On the first day of classes at my new school, due to a schedule mix up, I ended up with 30 students in one high school English class. Now, some of you might say that this wasn’t as bad as some could be. The problem was that this was a self contained special education class with students from 9th to 12th grade with all different disabilities (learning disabled, emotionally disabled, mentally disabled, and autistic). I also shared a paraprofessional with another teacher, but it was not my turn to have her. Of course I knew that we would have to fix schedules which would take time, but I had to deal with the situation that I had. I was told that it could possibly take up to a week or two to fix the schedules. I didn’t think that was fair or right for my students but there was nothing I could do except make the best of a bad situation. I have always heard that when life gives you lemons, make lemonade. So that is what I tried to do.
First of all, I asked students to get in groups of 5, which helped me with management. I asked that one person in each group become the leader. Each leader knew the names of each person in their group and let me know who was missing each day so I could take attendance. Many of the students enjoyed this position of leadership. This leader was also responsible for getting handouts for every person in their group and collecting papers from the members of their group. I would have a special place for handouts so that when it was time, leaders knew where to pick them up for their groups. I was amazed how much this freed up some of my time. This leader was also responsible in reporting at fire drills which students were missing. This helped me take attendance in class and at drills much quicker.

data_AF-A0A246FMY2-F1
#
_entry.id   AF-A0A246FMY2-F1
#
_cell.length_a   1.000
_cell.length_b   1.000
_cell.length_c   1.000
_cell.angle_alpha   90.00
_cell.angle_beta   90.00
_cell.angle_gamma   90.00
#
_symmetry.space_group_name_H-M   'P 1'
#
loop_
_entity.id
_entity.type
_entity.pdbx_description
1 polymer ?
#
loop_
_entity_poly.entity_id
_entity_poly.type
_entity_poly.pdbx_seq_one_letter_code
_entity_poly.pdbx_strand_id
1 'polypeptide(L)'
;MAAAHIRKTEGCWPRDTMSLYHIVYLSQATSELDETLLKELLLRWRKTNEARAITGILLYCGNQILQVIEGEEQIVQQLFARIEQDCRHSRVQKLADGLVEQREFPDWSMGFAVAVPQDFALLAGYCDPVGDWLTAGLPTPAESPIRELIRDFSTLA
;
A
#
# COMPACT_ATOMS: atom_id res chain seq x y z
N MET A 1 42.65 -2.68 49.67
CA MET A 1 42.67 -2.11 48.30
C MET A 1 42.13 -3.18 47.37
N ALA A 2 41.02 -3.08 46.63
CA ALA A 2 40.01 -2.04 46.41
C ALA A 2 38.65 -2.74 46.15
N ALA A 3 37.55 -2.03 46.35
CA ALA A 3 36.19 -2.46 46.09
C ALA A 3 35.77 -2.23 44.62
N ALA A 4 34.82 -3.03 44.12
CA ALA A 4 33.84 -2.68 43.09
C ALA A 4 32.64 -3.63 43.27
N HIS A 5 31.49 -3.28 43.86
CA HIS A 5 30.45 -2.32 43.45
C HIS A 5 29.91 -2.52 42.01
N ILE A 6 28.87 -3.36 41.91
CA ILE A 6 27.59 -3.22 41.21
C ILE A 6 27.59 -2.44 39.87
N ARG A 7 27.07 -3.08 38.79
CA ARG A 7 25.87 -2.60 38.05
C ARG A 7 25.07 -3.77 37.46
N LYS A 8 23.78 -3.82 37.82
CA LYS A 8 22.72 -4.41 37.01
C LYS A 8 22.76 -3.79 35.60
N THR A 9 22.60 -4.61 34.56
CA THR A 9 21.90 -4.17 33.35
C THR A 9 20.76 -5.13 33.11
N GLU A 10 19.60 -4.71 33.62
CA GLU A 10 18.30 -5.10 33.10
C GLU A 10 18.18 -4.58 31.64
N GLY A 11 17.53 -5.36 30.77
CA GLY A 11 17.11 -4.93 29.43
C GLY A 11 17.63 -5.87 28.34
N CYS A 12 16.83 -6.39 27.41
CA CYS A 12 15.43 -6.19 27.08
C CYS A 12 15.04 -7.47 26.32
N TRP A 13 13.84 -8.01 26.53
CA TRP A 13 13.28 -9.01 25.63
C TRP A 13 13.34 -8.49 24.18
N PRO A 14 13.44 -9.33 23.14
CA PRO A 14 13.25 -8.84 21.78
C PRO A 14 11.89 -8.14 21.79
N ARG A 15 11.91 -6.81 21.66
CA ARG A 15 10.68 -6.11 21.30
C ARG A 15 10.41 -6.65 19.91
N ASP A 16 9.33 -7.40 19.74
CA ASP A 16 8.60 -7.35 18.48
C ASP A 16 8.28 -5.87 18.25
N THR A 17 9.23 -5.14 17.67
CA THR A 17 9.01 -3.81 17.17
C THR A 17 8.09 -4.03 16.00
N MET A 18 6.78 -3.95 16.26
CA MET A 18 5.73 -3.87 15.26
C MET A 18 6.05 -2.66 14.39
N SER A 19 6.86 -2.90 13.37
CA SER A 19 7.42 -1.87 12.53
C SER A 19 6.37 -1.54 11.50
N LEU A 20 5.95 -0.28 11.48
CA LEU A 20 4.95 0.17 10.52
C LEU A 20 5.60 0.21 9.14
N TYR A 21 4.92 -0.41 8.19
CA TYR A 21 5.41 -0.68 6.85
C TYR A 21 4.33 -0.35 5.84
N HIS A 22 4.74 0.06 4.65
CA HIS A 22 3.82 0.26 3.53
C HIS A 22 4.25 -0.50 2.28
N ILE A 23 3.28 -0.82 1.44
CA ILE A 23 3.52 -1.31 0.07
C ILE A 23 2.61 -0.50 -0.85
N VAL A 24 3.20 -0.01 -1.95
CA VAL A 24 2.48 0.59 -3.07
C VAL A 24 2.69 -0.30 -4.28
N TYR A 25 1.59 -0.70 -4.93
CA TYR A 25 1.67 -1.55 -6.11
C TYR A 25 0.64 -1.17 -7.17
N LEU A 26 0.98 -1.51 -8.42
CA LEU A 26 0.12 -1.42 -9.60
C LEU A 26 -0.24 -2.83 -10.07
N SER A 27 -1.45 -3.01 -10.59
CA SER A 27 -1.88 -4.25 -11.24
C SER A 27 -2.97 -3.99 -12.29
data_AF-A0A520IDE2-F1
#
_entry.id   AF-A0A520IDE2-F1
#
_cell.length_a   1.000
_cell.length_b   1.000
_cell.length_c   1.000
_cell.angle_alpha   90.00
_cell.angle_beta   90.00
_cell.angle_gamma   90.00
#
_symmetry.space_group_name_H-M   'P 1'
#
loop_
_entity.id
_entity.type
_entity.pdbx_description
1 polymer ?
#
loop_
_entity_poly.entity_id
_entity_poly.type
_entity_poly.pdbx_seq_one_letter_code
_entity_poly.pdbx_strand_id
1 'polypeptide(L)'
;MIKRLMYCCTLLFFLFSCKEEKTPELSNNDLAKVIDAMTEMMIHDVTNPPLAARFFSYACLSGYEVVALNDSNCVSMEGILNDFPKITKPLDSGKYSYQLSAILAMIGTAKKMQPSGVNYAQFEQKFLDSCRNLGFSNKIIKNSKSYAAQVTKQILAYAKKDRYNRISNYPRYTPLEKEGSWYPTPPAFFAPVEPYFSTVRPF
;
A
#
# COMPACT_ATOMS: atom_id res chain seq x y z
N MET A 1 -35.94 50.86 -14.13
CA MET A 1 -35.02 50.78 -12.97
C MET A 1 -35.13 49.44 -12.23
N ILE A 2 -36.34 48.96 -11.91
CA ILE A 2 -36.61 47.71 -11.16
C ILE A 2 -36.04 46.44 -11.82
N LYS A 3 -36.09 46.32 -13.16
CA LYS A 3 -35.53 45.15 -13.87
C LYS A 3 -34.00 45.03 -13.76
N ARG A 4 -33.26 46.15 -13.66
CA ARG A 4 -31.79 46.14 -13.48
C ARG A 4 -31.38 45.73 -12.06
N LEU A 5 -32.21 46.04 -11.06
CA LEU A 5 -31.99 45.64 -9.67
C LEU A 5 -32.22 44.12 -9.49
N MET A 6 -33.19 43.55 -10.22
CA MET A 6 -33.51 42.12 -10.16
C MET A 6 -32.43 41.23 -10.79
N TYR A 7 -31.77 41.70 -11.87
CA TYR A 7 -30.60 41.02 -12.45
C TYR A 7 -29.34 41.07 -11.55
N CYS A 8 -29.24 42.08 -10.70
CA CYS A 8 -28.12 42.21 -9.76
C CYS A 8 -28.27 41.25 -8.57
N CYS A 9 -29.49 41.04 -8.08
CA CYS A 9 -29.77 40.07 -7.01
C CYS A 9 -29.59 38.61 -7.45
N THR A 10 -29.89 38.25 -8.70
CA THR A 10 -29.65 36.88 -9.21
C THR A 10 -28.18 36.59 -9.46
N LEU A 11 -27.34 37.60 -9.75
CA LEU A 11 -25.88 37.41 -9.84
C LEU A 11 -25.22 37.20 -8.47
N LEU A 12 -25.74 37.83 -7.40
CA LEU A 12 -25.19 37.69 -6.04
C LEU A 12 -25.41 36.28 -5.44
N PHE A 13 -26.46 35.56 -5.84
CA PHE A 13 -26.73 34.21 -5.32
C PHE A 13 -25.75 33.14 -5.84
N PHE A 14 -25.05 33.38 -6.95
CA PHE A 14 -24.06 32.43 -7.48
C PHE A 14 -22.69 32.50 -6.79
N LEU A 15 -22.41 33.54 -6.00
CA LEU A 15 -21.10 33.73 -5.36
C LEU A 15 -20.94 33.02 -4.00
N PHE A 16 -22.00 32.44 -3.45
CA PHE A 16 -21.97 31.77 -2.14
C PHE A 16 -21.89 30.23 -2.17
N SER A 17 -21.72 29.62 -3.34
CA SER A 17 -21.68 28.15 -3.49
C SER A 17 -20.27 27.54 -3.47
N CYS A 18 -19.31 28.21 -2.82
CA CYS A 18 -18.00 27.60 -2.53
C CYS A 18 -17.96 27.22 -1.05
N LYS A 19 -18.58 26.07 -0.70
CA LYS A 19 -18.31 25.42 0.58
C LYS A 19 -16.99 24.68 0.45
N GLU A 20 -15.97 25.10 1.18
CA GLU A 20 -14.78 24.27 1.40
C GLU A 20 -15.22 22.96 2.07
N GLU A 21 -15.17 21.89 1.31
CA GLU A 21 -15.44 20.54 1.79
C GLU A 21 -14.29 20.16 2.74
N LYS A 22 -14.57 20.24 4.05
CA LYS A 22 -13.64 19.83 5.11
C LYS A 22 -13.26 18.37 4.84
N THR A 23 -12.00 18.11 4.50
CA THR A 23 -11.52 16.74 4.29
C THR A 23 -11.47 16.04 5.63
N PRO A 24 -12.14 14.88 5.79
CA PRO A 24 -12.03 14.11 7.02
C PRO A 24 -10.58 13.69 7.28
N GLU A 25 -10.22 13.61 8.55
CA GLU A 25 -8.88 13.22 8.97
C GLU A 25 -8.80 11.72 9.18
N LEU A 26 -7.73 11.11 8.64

After I taught a group lesson, the students worked on their assignment. I let them get in groups to help each other. I also explained that this did not mean copying each other’s work, because if it became a problem, we would not work in groups. When I explained things like this to the students ahead of time, instead of after a problem, they tended to respect the rules better. If necessary, I changed students’ groups but only as a last resort. As the students worked, I was able to walk around and go to each group in order to answer questions. When the students helped each other, they also did not get bored waiting for me to come around to help them.
I also had to be better organized than if I had a smaller class. I had to have routines and procedures set up so there would be less confusion. As students entered the class, I would have an opening assignment every day that they needed to start on as soon as they got to class. This was collected 5 minutes after the bell rang. During this time, I was able to check with the leaders to take attendance and handle any procedural paperwork (absentee notes etc.) required by the school for each class. My opening assignment usually consisted of copying a motivational quote and then writing a paragraph in their journals. At the end of each quarter, students were allowed to take their journals home to keep. This assignment worked well for students on different levels.
I’m not saying that life got easy because of what I did but it made it easier to bear. I have also been in situations where my class size was 22 for a self contained class so I’ve used these ideas in most of my big classes. As I said before, I feel a small class size is most effective, but sometimes you have to deal with what you have.
Do you have any other suggestions for dealing with large class sizes? If so, feel free to leave a comment so we can learn about it.